Author: Stephen Greenberg, ACB Research Coordinator
On this page you will find all of ACB’s publications. To the right are the search categories that will help you navigate around the ACB’s extensive work.
The ACB has played an essential watch-dog role on new GMO permits in South Africa for a decade now, adding substantially to the discourse about the scientific assessment of GMOs as well as about issues of socioeconomic impacts and democratic decisionmaking, through lodging substantive comments on at least 30 permit applications.
Sikhathele!! Phansi GM Maize in SA Phansi!! Phambili Food Justice, Phambili!!
Please sign this petition and objection to Dow’s triple stacked GM maize.
ACB warns that the South African government has received an application for the commodity clearance (import for food, feed and processing) of ‘triple-stacked variety of genetically modified (GM) soya – MON 87708 X MON 89788 X A5547-127 by Monsanto South Africa (Pty) Ltd in October 2017.
ACB is objecting to the commodity clearance of the triple-stacked GM soybean event MON 87708 x MON 89788 x A5547-127, due to concerns surrounding the lack of safety assessment data for this crop and the known toxicity of the three pesticides it is designed to tolerate.
Simangele Siko, a member of the central committee at Izindaba Zokudla, in her thanks to ACB after the workshop said, “The farmers have got power, immense power, but you have just unearthed the power!”
On 7 April 7 2017 the South African government issued draft amendments to its regulations governing the legal limits for pesticide residues on food crops. The proposed amendments expose the gaps in regulations to date, despite the cultivation of herbicide-tolerant GM crops for almost two decades.
This report is a result of research conducted in partnership with Tshintsha Amakhaya, Farmer Support Group, TCOE Zingisa and Surplus People Project. The report investigates the state of farmer-managed seed systems in rural South Africa.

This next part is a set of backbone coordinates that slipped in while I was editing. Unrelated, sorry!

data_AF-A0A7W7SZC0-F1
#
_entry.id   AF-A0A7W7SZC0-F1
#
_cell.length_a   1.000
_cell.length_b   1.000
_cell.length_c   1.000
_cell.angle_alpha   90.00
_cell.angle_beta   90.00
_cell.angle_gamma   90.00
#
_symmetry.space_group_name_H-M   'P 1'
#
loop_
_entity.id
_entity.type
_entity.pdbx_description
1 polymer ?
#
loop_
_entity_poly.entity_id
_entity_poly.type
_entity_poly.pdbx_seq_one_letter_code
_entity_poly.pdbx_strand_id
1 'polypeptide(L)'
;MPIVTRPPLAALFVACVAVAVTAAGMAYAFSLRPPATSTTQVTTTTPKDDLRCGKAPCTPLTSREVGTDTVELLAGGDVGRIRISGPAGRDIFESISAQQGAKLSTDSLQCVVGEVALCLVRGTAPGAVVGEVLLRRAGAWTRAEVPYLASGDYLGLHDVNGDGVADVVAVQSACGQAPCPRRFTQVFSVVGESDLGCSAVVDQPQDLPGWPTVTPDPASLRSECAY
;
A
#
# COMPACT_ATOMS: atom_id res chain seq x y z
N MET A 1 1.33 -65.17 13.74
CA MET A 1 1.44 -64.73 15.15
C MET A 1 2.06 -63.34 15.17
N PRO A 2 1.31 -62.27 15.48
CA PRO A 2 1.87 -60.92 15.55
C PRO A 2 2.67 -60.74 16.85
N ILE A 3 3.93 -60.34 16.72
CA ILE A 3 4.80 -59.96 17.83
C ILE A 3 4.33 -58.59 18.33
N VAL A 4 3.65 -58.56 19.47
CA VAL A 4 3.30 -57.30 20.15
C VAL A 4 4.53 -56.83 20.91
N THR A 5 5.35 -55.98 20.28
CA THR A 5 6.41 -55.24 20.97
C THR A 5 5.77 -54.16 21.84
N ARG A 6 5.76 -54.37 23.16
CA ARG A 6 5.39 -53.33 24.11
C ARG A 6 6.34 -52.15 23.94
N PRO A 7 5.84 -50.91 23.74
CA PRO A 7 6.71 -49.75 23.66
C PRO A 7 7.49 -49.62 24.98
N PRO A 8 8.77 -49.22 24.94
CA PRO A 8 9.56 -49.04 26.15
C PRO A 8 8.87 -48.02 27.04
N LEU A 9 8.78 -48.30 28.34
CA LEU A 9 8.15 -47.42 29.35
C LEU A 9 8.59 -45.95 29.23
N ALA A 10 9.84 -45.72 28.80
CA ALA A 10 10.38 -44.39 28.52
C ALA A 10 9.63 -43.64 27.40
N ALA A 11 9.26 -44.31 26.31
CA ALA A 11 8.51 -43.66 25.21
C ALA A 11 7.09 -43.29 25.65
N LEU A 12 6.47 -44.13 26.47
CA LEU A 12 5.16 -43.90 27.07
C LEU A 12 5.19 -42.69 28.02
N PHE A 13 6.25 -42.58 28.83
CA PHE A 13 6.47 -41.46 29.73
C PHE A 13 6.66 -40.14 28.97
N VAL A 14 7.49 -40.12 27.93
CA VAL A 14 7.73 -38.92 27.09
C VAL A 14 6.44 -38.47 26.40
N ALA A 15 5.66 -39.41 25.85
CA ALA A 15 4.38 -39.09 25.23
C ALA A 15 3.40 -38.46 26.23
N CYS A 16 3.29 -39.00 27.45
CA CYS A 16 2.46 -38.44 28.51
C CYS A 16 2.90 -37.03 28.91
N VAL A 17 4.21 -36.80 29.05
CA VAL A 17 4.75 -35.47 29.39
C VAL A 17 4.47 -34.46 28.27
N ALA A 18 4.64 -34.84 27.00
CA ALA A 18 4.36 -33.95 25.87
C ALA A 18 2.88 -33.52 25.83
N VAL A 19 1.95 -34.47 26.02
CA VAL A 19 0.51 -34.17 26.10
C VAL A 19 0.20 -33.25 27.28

This Four-page document summarises the recent report published by the African Centre for Biodiversity: Transitioning out of GM maize: to agroecology for sustainable, socially just and nutritional food systems, that argues that we need to urgently shift away from the mono-focus on a maize towards embracing a diversity of crops – particul
Coinciding with World Food Day, the African Centre for Biodiversity (ACB), in a new report titled “Transitioning out of GM maize: towards nutrition security, climate adaptation, agro-ecology and social justice” makes a compelling case for South Africa to urgently transition out of GM maize production, to systems that are socially just, ecologica
South Africa is in the grip of the worst drought since 1992, with many parts of the country experiencing record temperatures and little to no rain.
The African Centre for Biodiversity (ACB) welcomes the recent decision made by the Minister of Agriculture, Water Affairs and Fisheries and an Appeal Board rejecting the commercialisation of genetically modified (GM) potatoes in South Africa.
This briefing calls for a ban on glyphosate and that other toxic herbicides, such as 2,4D and dicamba must similarly also come under urgent review and that adequate measures must be put in place to ensure that more toxic chemicals do not replace glyphosate.
After 5 seasons of genetically modified (GM) cotton cultivation in Burkina Faso farmers are denouncing their contracts with Monsanto and cotton stakeholders are discussing compensation for losses incurred since 2008 due to low yields and low quality fibre.
GM-Labeling-zebraThe Biotech industry continues to stall the implementation of a GMO labelling regime, claiming that only a "lunatic fringe" or a "European funded lobby" want it, despite government's clear intentions in the Consumer Protection Act to grant the consumer's right to know and to choose.
In this briefing, we show how SA?s biosafety regulatory system favours profits over sound biosafety practise as the regulators have authorised field trials of a GM maize variety to combat a pest, the corn root worm that does not exist in SA at all and will not, for 100 years!!
This submission by Monsanto makes a joke of biosafety risk assessment in that it is not based on the actual event under consideration, but rather, the applicant posits claim of lack of harm, toxicity, and allergenicity based on data carried out on other lines containing the same transgene/event.